DVD Review - The Secret Life of Walter Mitty
Whereas Stranger Than Fiction is about a writer who imagines a fantasy world that comes to life, this film is about an assets manager at a magazine who imagines various fantasies that feel like they come to life but don't. His fantasies are merely a crutch or simple escapism.
Written by Steve Conrad, this film is based on James Thurber's story of the same name. Thurber's Walter Mitty had his fantasies and they were escapism or a way of self-aggrandizing. Thurber's Walter Mitty was also married, his presence in effect commenting on married life and the ruts that some men of working-class or even middle-class status fall. Conrad's Walter Mitty isn't married but what he's commenting on seems to be two opposing or two mutually exclusive ideas.
Ben Stiller stars as the titular character, an assets manager at Life magazine. His main responsibility is overseeing the photographs or rather the negatives submitted by photographers. One photographer in particular is Sean O'Connell, played by Sean Penn, a man without an address or any permanent roots.
Sean is an adventurer, a constant world traveler who lives off the land and roughs it mostly. In a way, Walter lives vicariously through Sean and envies his exciting life. Walter sets out on a journey to find Sean, which pushes Walter out his shell. Through the use of music and how director Ben Stiller shoots things so majestically, we're supposed to be thrilled with Walter's adventure, but at the end it's learned that the adventure was pointless.
The first half of the movie has Walter going into life-like fantasies because he doesn't have the courage to express himself, stand up for himself or go after things as he would like. The situations that are supposed to explicate his lack of courage don't really explicate anything. On the surface, he might seem like a boring or a timid guy, but once he starts talking to Cheryl Melhoff, played by Kristen Wiig, it becomes obvious that Walter is actually interesting. Walter's ability to skateboard and do tricks with it are an indication of this.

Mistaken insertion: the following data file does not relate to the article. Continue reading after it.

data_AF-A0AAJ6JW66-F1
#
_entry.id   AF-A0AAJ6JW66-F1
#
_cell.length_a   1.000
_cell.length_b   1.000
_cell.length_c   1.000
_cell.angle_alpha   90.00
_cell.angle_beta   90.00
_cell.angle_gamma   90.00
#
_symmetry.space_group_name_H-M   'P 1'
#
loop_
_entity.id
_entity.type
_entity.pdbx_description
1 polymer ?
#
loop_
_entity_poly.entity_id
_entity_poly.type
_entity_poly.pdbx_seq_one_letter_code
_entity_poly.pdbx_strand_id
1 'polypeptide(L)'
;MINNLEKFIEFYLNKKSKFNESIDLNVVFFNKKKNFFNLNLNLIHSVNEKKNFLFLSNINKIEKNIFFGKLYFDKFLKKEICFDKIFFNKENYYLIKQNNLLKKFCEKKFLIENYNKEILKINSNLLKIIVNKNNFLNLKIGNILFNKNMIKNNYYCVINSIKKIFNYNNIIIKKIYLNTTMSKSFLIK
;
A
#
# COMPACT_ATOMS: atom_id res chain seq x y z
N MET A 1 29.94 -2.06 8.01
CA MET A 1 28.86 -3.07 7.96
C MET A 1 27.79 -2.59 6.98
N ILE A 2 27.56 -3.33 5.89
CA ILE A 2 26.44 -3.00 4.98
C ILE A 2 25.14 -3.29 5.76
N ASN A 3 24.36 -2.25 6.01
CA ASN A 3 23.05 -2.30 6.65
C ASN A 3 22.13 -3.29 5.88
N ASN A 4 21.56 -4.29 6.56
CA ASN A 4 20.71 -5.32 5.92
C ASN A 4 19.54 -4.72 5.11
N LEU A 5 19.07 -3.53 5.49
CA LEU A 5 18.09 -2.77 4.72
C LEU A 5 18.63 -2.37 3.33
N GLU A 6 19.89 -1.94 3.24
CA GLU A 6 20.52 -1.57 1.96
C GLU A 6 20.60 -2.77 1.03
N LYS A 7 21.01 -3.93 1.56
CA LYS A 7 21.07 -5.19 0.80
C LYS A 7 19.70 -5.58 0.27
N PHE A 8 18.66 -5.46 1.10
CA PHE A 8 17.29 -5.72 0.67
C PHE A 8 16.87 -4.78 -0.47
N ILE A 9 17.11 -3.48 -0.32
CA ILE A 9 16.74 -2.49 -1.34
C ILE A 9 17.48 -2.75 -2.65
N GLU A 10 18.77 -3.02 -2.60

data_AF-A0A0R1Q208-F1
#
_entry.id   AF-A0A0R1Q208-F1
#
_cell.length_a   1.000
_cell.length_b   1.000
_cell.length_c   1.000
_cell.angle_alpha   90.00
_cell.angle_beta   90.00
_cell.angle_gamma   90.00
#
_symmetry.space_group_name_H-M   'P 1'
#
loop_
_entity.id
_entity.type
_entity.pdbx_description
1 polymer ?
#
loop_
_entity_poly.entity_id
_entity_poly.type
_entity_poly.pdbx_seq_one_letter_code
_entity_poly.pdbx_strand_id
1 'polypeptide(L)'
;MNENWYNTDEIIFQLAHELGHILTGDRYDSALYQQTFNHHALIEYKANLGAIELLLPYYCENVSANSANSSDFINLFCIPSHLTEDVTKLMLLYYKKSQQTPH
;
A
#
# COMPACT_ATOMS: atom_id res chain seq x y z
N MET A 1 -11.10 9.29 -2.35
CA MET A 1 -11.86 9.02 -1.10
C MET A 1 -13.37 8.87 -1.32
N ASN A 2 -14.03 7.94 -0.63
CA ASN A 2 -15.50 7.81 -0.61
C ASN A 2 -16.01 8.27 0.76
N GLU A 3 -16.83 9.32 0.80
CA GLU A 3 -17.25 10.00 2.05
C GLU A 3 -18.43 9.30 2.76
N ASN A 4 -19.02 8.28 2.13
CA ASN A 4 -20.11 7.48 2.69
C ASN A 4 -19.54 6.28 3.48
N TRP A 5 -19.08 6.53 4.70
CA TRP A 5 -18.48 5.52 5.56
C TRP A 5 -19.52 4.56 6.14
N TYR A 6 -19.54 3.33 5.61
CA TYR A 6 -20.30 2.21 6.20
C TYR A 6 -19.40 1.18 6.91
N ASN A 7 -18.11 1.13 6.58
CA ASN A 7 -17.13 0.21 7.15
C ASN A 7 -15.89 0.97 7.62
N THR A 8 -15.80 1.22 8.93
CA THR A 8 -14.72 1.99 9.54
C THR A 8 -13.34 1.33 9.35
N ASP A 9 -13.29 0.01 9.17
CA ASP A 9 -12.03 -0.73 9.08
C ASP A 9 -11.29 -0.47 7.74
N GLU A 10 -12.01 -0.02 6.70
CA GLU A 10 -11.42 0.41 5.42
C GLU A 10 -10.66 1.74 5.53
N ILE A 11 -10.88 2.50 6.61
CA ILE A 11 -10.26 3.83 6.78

The penultimate image of this movie, which is the reveal of the last magazine cover, underscores that Walter is interesting and he doesn't need to become an adventurer like Sean. If the movie had not set Walter out on the road for real, if the movie had kept him in the city where he just kept having his fantasies, then the movie's point in the end would have had more of a punch.
Instead, the movie also wants Walter to be out there on the road jetting to Greenland or trekking to the Himalayas. Because Stiller is a comedic filmmaker, for him it's always about the joke. Having Walter travel all the way he travels only for it ultimately to be unnecessary is a joke that Stiller apparently liked. It's not like The Wizard of Oz (1939) where by the end he realizes "there's no place like home" or rather there's no one like Walter Mitty.
Yes, there's the revelation that he had the solution the whole time, but the journey of Dorothy isn't totally invalidated by the end. The journey itself has a value. It meant something. Here, Walter's journey doesn't seem to have value or really mean anything. The fantasies go away in the second half of the movie. I wish they hadn't.
Otherwise, the film is beautiful. It's gorgeously shot. His compositions are well done, so much that the visuals elevate the movie above its writing flaws. The fantasies are fun or funny, as well as utilizing great effects. The music here is great. The David Bowie song "Space Oddity" is used triumphantly, and original songs by Swedish singer José González and his band Junip are perfect.
Three Stars out of Five.
Rated PG for some crude comments, language and action violence.
Running Time: 1 hr. and 54 mins.